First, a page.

Aleksandrs Romans1910Latvian National Museum of Art
Besides rather realistic portraits, Aleksandrs Romans painted quietly lyrical moonlit landscapes, seemingly imbued with a strange languid peace. The quiet lyricism is reminiscent of the artist’s homeland, the vast lowlands of the Semigallia region of southern Latvia.
In the romantic Landscape with a Rider, the viewer's attention is captured by the curves of the long, slim tree crowns, which stand out in contrast to the backdrop of a sky lit by warm greyish-pale moonlight. Emphasis for the fairytale-like nature scene is supplied by two color accents, the white of the horse and the red clothes worn by the smallish rider figure, backed by green earth and the light-colored church in the distance beyond a river.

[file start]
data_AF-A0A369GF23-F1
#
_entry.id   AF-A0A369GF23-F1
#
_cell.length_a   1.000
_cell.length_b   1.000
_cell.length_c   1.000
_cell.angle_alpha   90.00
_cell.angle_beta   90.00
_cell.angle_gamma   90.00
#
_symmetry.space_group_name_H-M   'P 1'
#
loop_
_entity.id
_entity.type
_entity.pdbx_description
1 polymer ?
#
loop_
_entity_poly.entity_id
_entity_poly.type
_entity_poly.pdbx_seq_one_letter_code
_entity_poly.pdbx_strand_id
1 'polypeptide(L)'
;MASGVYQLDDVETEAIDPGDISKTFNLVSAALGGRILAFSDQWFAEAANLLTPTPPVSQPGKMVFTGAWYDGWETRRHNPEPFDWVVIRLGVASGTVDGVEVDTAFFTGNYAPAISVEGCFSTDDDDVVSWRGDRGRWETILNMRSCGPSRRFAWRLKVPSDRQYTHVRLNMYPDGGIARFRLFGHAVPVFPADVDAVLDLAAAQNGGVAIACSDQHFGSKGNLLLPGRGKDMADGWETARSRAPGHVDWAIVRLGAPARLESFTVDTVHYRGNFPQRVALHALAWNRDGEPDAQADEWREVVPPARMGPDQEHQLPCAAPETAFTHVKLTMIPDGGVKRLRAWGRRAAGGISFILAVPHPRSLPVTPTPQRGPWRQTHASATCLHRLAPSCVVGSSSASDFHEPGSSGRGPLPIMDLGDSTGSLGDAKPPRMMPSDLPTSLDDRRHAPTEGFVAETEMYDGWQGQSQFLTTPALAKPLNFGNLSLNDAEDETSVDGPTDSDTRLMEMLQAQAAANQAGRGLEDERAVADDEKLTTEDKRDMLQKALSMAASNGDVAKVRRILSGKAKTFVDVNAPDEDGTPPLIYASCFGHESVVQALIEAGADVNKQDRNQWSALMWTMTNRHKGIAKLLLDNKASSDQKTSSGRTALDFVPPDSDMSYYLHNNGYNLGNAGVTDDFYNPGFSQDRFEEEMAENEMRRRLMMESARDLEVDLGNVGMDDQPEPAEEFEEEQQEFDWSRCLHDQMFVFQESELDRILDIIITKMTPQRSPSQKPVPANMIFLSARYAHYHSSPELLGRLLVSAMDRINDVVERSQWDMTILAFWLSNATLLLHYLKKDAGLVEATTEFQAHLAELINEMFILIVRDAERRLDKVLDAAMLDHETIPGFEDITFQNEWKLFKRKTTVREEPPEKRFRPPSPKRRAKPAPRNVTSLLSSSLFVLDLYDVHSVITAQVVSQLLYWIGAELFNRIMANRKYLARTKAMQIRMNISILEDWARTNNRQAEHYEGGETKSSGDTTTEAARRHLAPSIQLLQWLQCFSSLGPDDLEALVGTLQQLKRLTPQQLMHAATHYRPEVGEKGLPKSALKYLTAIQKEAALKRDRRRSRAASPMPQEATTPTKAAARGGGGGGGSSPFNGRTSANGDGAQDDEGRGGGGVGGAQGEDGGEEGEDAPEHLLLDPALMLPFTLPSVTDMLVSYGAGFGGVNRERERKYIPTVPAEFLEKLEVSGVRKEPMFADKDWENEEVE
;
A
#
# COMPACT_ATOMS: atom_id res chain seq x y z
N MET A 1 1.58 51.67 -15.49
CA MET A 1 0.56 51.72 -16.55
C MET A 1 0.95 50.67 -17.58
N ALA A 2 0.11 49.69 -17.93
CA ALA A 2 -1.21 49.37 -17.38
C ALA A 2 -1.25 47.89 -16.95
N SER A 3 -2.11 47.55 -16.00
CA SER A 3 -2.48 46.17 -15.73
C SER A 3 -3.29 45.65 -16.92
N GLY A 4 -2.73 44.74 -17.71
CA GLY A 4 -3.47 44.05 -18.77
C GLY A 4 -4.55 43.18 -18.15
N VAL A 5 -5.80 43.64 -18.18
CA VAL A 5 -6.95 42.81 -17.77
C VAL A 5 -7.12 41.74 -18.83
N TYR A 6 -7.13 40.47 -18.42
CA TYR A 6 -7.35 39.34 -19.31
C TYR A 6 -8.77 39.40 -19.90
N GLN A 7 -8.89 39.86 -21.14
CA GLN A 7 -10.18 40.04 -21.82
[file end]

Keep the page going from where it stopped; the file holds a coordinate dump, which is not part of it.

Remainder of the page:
Aleksandrs Romans was a Latvian painter, born in a peasant family. He pursued his art studies in Saint Petersburg. He returned to Latvia in 1910 and settled in Jelgava, where he operated an art school for girls. After his early death he left behind a small but coherent corpus of works, consisting of realistic portraits and poetic landscapes.